surgery, dentist

Question

I recently had screws put in my ankle and went for my dental cleaning and the dentist said because of the surgery I had, I would have to take antibiotics 1hr before my appointment, and I wasn’t able to see him that day. When I talked to my surgeon about this, he said I did not need antibiotics. Why would I need them in the first place? What are the risks of getting my teeth cleaned 2 months post-op?

Answer

When you have your teeth cleaned or other invasive dental procedures, the bacteria in your mouth can enter your blood stream in small amounts. For most people, this rarely causes a problem and your immune system rapidly clears the bacteria. However in patients who have severely compromised immune systems, abnormal heart valves or artifical heart valves, antibiotics are recommended immediately before the procedures to prevent the heart valves from becoming infected or to prevent a severe infection. This called dental prophylaxis.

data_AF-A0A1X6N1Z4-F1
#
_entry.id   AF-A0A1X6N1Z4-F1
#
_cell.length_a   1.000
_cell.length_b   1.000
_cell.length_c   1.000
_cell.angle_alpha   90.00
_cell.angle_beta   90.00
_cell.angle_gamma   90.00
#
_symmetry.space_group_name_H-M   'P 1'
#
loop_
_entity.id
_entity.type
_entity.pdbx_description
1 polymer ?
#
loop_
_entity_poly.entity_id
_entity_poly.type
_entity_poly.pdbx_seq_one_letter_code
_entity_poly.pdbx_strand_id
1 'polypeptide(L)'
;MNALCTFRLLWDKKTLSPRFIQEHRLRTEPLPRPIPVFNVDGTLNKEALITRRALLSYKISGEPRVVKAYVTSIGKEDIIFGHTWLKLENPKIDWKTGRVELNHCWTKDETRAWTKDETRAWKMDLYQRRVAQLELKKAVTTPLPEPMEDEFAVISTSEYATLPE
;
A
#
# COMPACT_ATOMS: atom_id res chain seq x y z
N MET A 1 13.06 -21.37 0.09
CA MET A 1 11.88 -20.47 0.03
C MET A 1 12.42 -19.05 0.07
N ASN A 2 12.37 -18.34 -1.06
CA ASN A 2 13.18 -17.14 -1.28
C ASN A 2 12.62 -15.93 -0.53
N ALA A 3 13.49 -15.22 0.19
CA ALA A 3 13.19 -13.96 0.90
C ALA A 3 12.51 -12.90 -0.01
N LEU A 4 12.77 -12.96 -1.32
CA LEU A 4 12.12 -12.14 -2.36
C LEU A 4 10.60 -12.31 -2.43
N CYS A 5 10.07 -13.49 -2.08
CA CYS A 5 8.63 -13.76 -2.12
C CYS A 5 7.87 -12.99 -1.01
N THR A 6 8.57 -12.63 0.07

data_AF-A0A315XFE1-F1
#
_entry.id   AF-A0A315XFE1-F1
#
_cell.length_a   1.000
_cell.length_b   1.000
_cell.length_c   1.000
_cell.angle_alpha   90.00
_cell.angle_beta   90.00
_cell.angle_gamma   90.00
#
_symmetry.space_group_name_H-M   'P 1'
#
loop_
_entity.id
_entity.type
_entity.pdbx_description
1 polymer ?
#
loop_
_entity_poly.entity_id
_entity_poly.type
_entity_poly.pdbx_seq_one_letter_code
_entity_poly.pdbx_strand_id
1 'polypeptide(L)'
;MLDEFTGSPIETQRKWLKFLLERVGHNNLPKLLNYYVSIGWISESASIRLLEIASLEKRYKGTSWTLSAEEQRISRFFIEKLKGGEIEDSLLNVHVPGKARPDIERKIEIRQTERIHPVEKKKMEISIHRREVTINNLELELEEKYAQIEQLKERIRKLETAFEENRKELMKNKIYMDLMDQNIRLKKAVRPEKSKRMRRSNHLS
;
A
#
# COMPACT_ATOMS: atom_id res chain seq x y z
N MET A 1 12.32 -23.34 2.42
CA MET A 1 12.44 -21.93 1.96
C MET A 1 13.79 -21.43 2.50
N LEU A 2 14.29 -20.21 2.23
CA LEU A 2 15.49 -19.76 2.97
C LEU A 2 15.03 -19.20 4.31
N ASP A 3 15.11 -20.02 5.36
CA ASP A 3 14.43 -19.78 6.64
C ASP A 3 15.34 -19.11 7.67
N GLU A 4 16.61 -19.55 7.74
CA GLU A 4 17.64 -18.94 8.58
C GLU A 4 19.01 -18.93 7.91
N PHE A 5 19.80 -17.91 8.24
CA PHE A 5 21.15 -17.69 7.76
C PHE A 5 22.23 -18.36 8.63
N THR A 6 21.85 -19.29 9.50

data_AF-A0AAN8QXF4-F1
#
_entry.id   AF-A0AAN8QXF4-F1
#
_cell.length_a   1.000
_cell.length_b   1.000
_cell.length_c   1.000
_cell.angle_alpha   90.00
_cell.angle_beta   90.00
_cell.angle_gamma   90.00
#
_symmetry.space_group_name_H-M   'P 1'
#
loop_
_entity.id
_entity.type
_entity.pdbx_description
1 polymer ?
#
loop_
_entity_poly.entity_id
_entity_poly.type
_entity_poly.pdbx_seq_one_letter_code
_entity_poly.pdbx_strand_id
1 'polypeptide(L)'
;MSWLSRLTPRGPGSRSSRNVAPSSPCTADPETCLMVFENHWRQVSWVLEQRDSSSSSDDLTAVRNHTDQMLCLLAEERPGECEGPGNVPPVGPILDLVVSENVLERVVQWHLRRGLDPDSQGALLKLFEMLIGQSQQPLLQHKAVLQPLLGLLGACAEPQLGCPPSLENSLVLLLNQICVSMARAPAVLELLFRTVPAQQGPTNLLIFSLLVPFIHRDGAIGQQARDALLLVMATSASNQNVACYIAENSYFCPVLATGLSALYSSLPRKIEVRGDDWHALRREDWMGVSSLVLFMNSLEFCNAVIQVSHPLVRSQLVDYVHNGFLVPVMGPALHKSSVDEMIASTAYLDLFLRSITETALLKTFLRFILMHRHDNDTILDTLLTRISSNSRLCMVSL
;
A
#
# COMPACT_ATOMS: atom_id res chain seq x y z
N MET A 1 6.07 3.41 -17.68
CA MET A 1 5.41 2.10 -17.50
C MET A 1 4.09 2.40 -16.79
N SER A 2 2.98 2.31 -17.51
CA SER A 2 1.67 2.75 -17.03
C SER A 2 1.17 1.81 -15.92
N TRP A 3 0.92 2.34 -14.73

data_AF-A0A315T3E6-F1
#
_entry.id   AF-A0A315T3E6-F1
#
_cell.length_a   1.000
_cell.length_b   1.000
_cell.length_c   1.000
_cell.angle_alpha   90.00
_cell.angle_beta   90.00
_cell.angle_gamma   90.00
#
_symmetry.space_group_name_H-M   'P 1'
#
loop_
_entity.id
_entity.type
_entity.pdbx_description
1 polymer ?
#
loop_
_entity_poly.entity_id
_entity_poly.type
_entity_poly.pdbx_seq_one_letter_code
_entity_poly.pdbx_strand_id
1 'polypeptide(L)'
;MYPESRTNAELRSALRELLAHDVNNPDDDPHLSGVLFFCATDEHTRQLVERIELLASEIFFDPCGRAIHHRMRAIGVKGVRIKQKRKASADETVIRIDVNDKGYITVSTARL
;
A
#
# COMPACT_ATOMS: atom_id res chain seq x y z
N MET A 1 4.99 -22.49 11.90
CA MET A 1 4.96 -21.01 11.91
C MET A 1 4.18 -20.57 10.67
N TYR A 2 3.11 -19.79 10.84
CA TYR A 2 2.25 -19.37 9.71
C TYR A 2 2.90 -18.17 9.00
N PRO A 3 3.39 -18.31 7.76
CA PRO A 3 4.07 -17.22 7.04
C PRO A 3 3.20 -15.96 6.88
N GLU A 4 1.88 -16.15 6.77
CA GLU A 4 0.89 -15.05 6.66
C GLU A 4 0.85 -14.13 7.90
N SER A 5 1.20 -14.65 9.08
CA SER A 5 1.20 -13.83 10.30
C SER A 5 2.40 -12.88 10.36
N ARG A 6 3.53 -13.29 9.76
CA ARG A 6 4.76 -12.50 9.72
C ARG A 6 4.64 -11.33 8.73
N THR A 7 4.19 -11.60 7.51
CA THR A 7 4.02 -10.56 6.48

To my knowledge, there is no formal recommendation to do dental prophylaxis for the orthopedic screws. I think the risk of the screws becoming infected after teeth cleaning is very low. However, your dentist cannot be faulted for being careful. Another situation where this topic comes up is the use of antibiotics for dental prophylaxis in patients who have total joint replacements. Some physicians use antibiotics in the first year after the replacement when the risk of infection is the highest.

Alan Matsumoto, M.D.

About Alan Matsumoto, M.D.

Part-time Faculty, Division of Rheumatology
Johns Hopkins University